PRAGUE (AP) — Czech leaders and foreign politicians paid tribute Sunday to Vaclav Havel, the dissident playwright who led the 1989 Velvet Revolution that peacefully toppled communism in the former Czechoslovakia.
Vaclav Klaus, Havel's political archrival who replaced him as president in 2003, called Havel "the symbol of the new era of the Czech state."
Czech Prime Minister Petr Necas called him "the symbol of 1989" and said Havel "did a tremendous job for this country."
In neighboring Poland, the founder of the anti-communist Solidarity movement and former president Lech Walesa called Havel "a great fighter for the freedom of nations and for democracy."
"It is a great pity and a great loss. His outstanding voice of wisdom will be missed in Europe," said Walesa, the 1983 Nobel Peace Prize laureate.
Havel died Sunday at age 75. The Czech government meets Monday to declare a period of official mourning. Klaus said condolence books will be available at the Prague castle, the presidency seat, starting Monday for people to sign.
In Slovakia, which split from the Czech Republic in 1993, prime Minister Iveta Radicova said it was Havel who "opened the gates to the world after 1989."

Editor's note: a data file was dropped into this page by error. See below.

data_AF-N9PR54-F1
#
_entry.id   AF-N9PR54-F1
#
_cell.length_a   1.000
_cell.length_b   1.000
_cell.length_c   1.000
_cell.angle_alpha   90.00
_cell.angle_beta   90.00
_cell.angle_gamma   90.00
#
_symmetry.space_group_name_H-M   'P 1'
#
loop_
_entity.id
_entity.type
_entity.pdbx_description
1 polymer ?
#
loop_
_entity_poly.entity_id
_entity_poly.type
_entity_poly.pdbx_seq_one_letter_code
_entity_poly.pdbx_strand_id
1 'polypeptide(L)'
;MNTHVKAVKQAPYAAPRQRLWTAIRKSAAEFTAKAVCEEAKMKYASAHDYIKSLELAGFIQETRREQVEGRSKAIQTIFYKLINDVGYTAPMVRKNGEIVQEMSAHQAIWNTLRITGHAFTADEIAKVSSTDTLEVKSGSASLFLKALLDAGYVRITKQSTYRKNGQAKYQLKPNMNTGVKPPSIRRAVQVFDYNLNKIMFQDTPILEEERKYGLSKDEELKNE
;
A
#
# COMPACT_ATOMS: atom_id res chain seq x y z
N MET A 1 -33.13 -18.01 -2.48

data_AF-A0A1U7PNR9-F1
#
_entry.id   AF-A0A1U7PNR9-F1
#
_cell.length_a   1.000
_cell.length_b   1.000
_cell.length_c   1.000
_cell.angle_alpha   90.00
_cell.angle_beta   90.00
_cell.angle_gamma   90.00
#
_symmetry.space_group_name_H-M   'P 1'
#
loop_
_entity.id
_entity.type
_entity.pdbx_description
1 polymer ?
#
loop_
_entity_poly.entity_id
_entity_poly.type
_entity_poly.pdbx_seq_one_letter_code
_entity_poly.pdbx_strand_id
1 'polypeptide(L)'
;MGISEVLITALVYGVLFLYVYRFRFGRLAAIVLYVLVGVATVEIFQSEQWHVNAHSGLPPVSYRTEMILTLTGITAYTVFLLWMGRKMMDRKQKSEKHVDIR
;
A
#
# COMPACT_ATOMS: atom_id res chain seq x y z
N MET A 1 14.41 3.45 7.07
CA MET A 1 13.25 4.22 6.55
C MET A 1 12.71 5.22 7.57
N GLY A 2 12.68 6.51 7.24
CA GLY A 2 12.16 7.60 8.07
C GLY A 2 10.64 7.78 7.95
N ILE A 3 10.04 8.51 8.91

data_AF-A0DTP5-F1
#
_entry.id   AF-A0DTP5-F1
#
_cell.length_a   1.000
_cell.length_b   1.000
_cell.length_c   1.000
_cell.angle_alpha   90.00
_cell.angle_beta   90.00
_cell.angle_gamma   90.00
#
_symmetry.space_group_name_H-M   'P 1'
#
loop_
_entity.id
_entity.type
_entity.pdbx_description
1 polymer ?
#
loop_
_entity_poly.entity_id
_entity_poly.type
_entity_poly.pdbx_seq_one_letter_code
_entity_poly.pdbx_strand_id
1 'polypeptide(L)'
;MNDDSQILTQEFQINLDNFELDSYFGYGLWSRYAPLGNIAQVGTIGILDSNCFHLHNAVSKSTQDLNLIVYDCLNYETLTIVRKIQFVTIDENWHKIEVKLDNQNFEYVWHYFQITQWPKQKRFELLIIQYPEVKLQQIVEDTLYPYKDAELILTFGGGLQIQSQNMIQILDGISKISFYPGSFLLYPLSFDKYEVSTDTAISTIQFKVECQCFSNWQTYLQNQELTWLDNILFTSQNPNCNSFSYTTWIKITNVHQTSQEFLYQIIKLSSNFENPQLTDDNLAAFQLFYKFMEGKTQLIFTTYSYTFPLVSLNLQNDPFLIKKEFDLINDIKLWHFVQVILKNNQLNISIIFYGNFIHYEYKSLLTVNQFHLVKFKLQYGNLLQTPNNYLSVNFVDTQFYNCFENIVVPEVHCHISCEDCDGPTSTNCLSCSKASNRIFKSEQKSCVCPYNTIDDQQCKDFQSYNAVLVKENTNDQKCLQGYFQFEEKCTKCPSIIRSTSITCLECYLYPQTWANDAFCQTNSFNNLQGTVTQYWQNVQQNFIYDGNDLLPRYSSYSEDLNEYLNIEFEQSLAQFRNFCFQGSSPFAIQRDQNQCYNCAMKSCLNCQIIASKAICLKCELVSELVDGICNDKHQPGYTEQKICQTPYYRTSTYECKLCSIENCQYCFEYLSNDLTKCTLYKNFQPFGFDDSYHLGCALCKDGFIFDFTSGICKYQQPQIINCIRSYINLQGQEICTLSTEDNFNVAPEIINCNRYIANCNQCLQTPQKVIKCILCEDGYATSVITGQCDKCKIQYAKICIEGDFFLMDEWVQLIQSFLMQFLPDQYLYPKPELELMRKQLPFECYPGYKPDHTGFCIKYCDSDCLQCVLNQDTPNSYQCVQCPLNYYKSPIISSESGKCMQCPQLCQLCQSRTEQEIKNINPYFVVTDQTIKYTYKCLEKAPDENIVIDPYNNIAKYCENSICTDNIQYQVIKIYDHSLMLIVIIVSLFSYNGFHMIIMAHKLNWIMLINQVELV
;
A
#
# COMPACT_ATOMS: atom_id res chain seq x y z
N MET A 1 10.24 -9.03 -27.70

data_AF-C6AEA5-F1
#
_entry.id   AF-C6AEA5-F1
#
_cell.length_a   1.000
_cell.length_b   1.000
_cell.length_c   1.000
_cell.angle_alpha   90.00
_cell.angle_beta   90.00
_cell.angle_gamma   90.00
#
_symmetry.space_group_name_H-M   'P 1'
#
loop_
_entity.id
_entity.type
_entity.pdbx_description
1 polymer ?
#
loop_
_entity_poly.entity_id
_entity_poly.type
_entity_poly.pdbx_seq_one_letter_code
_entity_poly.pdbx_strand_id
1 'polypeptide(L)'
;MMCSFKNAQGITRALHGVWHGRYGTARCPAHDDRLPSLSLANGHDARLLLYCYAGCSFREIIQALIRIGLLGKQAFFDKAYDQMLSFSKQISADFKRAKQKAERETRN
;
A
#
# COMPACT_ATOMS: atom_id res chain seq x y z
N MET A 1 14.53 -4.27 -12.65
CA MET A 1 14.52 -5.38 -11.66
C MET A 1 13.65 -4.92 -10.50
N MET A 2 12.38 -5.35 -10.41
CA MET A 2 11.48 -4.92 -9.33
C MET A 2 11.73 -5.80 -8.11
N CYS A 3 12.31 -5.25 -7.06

German Chancellor Angela Merkel, who grew up in East Germany and went into politics as communism crumbled, said she learned "with great dismay" of Havel's death.
"His dedication to freedom and democracy is as unforgotten as his great humanity," Merkel wrote in a message to Klaus. "We Germans also have much to thank him for. Together with you, we mourn the loss of a great European."
The president of the European parliament Jerzy Buzek — a former Polish prime minister and activist in Solidarity — wrote on Twitter: "Vaclav Havel is the figure that represents the Velvet Revolution and the reunification of Europe. He will be sorely missed."
Swedish Foreign Minister Carl Bildt tweeted that Havel was "one of the greatest Europeans of our age."
He added on his blog that Havel was "maybe the strongest voice from behind the iron curtain that no longer accepted a Europe divided between freedom and repression."
In Russia, Grigory Yavlinsky, a veteral opposition figure and leader of the Yabloko party, told the Itar-TASS news agency that Havel "was a man of integrity and dignity who has never been afraid of anyone".
"He devoted his life to freeing his people from a totalitarian regime," Yavlinsky said